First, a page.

RSS Feeds

Filed under: Shell Script Sundays — Kaleb at 11:43 am on Sunday, April 20, 2008

The other day I was playing around with AwesomeWM and I wanted to have the newest article from to be displayed in the statusbar. I thought to myself:

“I roughly know how RSS works, so I should be able to do this.”

It turns out it was extremely easy to do.

First how does RSS work. It’s easy just an xml file that gets downloaded with a list of the articles on the site. Well that’s pretty simple so I wrote a little script that will do all the things I need.

First I needed to download the list

wget -c

done with that. Now for what I wanted and to make it a little cleaner i moved this file:

mv indexlinux_unix.xml ~/.news

this way it was in a file that i can easily access.

After that it was just some simple editing of the file using sed. If you don’t know much about sed I suggest you read up on it. It is an extremely powerful tool for quick editing and scripting. For the editing of
the file it was actually quite simple:

cat ~/.news | grep “<title>” | sed -e ‘s/<[/]title>//’ | sed -e ‘s/<title>//’ | sed -e ’2,2 !d’

now no worries I will explain this its actually quite simple.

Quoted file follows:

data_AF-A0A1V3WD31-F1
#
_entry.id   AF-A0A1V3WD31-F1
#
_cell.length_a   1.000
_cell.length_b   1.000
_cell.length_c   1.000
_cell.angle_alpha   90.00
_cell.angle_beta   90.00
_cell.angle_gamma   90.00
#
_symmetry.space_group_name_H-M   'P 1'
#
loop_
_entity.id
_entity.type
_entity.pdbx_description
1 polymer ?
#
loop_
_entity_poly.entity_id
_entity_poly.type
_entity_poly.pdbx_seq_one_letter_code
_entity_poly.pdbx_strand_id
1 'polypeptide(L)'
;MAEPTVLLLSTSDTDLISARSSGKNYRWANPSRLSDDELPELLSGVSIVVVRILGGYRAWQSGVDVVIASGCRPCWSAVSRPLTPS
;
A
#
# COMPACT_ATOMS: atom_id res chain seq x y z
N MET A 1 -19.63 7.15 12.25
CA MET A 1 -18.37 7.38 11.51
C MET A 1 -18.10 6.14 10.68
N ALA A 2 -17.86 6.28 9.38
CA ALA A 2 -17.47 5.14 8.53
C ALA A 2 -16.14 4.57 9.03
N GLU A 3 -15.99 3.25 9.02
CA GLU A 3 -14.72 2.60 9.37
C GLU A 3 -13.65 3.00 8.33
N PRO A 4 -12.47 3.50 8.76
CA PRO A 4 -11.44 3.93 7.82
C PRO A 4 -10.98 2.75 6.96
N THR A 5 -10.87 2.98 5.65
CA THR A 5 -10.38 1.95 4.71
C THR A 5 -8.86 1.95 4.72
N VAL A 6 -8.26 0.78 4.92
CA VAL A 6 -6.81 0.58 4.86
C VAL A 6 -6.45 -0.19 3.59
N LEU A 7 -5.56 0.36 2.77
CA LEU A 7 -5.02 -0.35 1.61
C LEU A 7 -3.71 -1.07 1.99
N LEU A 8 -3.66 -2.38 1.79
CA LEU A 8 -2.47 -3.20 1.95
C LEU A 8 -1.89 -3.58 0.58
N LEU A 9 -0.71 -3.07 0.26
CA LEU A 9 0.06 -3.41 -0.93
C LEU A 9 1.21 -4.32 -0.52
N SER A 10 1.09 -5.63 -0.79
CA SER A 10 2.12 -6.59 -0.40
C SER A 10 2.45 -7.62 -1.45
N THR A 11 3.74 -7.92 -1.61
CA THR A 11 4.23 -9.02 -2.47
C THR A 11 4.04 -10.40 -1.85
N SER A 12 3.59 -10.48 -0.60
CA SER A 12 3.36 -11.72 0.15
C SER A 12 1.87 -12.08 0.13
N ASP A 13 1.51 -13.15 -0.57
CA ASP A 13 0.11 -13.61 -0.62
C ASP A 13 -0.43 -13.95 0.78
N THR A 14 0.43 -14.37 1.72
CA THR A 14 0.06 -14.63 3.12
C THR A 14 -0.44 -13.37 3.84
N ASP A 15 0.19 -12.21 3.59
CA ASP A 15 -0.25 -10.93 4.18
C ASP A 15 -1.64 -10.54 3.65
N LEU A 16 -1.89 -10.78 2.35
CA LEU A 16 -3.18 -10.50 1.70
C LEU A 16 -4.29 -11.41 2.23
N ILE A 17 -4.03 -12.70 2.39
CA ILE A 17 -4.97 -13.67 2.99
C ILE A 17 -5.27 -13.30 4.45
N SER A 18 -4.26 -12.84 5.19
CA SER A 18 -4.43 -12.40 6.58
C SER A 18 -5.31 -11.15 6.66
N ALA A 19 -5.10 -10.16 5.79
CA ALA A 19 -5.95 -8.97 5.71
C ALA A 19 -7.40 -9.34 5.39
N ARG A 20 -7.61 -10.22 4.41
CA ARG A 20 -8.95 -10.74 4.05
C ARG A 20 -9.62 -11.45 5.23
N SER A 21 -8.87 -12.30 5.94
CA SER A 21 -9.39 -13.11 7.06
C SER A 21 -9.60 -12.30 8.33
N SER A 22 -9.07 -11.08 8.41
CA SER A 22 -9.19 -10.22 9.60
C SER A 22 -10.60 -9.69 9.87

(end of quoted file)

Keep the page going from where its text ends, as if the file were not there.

I will assume you know what cat ~/.news does but if you don’t, it outputs the contents of the file until the end of the file.

| grep “<title>” is a very important part of the command. As I looked at the xml file i realized that i would get a simple list of all the articles if I greped the title. However thats not all.

It was a very messy output with <title> at the beginning and </title> at the end. Nobody wants to look at that, what I wanted was the text in between. | sed -e ‘s/<[/]title>//’ will get rid of the </title> in the line. I am almost certain that | sed -e ‘s/<\/title>//’ would have done that same thing but you can test that if you want. It needs to be done like this because “/” is a special character so it needs to be escaped.

The next part | sed -e ‘s/<title>//’ should be self explanatory. Basically it just gets rid of the <title> in the line. So now using the first 3 pipes you will get a nice pretty list of all the articles.

This is not what we wanted though. We wanted the newest article. so that’s why we use | sed -e ’2,2 !d’. This command will cut out everything except the second line in the list. “Hmm but why the second line Kaleb?”